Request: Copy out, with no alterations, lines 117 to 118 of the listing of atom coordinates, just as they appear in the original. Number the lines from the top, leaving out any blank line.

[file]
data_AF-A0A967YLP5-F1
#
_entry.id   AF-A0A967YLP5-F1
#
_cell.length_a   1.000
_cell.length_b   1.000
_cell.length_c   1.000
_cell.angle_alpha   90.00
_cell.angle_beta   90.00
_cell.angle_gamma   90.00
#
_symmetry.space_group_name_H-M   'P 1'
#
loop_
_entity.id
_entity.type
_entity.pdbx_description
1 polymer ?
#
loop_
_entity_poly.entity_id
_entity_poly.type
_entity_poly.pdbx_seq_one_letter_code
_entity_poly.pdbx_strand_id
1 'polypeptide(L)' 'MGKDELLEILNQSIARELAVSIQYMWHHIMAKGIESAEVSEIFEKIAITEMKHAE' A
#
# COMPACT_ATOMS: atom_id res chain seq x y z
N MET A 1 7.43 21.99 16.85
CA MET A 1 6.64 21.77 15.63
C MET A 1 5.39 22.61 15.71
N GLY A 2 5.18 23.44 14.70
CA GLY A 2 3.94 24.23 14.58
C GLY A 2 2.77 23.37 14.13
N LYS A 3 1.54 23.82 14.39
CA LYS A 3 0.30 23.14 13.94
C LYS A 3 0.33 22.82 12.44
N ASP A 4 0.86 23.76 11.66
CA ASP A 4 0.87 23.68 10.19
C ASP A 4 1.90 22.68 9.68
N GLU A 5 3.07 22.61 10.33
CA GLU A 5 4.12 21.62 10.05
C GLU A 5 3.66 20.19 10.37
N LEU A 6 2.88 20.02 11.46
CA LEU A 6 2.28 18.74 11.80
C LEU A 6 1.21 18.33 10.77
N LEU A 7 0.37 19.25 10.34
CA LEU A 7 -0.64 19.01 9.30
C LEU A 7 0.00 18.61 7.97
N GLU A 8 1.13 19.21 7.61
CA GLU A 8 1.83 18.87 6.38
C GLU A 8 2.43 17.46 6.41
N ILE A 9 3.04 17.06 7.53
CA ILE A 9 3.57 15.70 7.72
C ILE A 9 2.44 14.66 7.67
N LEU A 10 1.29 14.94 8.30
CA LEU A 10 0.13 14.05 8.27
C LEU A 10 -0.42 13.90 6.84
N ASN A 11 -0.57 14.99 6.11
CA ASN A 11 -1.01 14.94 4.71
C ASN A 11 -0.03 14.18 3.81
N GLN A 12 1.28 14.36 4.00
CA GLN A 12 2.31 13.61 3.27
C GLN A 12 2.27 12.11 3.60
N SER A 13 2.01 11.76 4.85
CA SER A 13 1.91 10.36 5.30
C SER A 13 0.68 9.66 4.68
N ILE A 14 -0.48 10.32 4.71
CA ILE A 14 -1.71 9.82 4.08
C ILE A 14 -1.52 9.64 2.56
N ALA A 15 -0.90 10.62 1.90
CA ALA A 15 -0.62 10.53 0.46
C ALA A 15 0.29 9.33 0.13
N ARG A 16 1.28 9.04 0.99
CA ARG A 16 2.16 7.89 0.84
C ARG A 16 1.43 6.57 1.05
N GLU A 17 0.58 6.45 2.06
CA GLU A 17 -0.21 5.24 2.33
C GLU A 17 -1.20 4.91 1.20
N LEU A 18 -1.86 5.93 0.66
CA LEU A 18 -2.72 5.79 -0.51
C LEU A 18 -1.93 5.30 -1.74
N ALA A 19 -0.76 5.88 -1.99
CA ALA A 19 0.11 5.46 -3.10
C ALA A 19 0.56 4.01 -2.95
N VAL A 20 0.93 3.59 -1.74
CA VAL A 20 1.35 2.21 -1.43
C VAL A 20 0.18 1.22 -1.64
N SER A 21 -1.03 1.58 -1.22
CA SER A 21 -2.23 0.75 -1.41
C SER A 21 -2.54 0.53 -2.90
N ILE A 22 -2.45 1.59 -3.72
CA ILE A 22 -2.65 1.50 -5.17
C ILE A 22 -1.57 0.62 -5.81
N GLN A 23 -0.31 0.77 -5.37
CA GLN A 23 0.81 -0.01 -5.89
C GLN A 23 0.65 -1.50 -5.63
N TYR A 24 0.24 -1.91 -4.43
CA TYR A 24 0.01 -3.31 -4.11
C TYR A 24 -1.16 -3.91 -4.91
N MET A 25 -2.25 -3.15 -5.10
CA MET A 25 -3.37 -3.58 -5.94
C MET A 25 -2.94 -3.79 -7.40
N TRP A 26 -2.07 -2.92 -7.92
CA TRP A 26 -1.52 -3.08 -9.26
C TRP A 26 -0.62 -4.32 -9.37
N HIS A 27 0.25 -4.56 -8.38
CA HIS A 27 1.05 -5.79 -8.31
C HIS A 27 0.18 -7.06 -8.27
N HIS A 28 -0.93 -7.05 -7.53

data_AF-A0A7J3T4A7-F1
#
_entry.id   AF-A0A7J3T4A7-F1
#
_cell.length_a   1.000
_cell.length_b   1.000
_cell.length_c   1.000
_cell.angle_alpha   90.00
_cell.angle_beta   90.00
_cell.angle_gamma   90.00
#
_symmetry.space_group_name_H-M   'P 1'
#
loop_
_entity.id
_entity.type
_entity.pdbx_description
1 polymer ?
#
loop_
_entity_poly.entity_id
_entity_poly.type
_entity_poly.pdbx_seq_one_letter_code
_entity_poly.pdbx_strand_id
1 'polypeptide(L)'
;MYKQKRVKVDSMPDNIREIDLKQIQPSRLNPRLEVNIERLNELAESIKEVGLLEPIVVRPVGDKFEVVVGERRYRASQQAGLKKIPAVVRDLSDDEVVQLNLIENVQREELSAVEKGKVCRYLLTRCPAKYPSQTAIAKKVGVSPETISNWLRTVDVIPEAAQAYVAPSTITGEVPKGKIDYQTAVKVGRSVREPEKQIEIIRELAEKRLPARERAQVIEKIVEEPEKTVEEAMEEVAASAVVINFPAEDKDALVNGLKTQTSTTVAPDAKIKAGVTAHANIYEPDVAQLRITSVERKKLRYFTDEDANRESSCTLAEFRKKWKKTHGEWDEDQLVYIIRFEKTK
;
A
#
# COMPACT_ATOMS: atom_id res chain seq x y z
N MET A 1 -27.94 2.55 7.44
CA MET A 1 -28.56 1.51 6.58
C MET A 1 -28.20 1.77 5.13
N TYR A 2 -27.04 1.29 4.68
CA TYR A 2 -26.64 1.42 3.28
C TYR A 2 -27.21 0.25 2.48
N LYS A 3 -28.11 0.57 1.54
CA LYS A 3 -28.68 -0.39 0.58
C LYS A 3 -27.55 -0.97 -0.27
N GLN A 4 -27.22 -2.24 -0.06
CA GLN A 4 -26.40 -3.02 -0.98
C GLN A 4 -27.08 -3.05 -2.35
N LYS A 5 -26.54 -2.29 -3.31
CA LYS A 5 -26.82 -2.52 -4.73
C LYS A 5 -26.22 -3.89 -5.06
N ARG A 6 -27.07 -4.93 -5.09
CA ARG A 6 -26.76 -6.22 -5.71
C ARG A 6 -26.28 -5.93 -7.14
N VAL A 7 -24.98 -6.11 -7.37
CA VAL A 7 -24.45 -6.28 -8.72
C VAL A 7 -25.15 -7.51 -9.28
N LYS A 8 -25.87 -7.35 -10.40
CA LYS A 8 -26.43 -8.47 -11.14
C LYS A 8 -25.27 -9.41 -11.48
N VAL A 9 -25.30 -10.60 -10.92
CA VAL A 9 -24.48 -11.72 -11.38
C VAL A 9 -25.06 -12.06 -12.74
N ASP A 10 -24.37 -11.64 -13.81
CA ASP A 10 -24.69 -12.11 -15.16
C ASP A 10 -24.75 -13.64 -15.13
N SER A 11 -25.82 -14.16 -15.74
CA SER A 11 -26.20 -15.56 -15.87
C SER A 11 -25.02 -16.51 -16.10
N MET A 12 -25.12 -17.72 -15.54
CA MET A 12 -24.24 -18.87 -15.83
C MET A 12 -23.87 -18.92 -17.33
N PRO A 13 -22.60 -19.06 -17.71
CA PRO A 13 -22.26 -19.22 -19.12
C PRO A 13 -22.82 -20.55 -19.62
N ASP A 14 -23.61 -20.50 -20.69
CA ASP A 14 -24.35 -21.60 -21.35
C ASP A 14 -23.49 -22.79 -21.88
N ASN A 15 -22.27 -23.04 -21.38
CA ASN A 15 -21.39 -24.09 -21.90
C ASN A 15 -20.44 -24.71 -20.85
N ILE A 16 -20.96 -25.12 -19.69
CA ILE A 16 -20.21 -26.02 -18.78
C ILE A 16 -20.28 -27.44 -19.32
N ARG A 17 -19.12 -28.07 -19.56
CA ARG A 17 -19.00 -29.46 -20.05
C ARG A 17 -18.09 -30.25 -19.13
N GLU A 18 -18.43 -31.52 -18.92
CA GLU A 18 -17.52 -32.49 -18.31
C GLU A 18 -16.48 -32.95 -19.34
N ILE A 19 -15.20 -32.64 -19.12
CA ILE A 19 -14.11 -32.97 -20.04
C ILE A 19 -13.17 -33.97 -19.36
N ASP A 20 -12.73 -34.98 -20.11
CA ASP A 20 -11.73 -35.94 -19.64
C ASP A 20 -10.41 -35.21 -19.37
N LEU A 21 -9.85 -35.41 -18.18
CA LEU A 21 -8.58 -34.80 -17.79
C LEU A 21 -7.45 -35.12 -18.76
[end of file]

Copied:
_cell.angle_alpha   90.00
_cell.angle_beta   90.00